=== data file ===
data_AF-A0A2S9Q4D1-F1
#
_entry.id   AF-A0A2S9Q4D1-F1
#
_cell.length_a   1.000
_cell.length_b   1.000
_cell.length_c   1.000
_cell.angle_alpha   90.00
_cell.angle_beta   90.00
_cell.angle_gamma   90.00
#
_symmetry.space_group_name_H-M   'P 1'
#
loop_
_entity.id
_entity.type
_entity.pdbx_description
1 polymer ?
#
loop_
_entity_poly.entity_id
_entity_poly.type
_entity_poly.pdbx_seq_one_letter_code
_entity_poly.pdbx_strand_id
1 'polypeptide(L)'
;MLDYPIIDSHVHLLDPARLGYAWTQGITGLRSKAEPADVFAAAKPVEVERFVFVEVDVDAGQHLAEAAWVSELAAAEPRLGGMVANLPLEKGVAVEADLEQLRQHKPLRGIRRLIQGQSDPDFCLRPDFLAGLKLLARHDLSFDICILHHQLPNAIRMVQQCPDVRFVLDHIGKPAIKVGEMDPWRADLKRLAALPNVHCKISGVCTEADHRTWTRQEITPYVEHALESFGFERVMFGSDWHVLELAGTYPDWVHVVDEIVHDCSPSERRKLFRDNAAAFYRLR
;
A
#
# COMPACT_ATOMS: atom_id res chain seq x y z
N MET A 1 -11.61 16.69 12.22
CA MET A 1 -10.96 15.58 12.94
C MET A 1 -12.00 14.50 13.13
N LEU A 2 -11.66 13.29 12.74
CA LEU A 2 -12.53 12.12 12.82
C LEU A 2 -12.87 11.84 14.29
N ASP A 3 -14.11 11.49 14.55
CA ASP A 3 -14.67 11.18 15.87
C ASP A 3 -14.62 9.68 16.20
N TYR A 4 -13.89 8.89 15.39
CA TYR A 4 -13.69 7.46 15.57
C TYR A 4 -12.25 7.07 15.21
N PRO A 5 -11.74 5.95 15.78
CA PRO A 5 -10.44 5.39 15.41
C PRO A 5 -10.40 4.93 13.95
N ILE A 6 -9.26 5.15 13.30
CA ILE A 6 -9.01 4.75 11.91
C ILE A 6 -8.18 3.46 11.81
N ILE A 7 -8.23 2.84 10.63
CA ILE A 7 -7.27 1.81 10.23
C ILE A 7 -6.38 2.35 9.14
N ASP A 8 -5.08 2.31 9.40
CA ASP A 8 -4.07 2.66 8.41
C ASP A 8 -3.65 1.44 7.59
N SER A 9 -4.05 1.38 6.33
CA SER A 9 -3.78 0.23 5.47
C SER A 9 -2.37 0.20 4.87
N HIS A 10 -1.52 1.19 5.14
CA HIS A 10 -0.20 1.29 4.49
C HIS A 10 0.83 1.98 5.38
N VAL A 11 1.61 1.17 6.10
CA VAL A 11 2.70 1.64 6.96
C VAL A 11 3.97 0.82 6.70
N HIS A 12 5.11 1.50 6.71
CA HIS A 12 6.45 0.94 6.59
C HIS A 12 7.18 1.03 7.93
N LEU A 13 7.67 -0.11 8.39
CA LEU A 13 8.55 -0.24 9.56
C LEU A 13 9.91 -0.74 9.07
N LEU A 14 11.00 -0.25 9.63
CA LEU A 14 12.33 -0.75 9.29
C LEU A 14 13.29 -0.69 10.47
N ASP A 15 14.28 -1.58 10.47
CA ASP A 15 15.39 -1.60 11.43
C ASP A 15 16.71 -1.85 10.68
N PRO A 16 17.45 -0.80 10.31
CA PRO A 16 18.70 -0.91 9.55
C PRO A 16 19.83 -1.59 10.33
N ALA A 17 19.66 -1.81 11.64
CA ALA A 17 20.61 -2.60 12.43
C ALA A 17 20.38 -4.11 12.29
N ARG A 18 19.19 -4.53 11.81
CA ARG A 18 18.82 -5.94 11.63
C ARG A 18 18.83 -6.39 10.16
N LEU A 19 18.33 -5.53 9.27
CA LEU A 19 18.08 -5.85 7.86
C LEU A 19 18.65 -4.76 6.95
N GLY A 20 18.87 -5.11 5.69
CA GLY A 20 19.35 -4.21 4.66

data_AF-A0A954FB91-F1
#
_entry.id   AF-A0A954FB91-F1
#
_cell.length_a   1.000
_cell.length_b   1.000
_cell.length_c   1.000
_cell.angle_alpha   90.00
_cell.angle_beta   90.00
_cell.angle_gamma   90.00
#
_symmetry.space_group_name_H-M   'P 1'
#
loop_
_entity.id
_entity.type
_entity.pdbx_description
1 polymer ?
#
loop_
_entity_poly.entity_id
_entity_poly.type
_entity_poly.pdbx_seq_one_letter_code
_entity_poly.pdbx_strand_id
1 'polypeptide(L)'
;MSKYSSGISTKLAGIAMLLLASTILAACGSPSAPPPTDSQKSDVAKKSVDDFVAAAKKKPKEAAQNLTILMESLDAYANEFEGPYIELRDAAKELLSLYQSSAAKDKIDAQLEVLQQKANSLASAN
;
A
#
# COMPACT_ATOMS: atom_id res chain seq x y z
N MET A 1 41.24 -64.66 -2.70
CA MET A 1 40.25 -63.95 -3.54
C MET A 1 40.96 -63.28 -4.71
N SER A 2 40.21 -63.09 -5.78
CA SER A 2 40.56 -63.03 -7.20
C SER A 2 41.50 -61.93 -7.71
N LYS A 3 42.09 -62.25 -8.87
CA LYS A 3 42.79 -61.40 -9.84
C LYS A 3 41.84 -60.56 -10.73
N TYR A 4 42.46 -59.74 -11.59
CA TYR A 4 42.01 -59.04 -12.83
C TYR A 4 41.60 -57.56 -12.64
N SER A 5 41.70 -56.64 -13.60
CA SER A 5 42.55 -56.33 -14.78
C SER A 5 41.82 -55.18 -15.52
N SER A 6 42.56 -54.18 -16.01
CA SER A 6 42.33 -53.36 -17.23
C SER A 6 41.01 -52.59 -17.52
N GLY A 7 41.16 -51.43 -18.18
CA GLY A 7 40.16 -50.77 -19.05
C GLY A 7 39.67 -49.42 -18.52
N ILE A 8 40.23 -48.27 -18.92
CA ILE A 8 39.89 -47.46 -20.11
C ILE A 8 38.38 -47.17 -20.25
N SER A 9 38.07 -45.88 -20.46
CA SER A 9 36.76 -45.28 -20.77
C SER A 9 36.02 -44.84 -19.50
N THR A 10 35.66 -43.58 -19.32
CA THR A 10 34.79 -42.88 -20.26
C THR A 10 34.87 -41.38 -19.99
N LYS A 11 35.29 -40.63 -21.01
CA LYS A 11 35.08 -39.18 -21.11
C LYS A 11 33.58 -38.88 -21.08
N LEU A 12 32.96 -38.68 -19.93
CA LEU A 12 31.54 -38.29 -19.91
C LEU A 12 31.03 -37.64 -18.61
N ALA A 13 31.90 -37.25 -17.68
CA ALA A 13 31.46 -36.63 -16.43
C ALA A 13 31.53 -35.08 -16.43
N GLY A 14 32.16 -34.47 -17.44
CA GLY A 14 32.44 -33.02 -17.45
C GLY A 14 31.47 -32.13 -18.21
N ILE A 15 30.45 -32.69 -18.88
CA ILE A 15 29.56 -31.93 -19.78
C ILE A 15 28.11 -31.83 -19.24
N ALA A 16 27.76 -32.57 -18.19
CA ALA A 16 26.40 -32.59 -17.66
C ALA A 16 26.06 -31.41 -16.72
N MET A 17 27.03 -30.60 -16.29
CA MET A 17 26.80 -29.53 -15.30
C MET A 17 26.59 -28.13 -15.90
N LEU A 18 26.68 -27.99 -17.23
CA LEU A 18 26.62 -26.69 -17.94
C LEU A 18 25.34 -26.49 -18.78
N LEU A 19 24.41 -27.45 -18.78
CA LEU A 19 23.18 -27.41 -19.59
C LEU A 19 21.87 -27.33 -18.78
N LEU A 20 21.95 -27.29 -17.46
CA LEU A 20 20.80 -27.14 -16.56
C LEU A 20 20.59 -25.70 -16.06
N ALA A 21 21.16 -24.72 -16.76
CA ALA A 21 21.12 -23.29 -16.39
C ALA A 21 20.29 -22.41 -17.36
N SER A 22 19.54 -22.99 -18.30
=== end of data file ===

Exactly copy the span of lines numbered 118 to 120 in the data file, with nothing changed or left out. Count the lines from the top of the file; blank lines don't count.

#
# COMPACT_ATOMS: atom_id res chain seq x y z
N MET A 1 41.24 -64.66 -2.70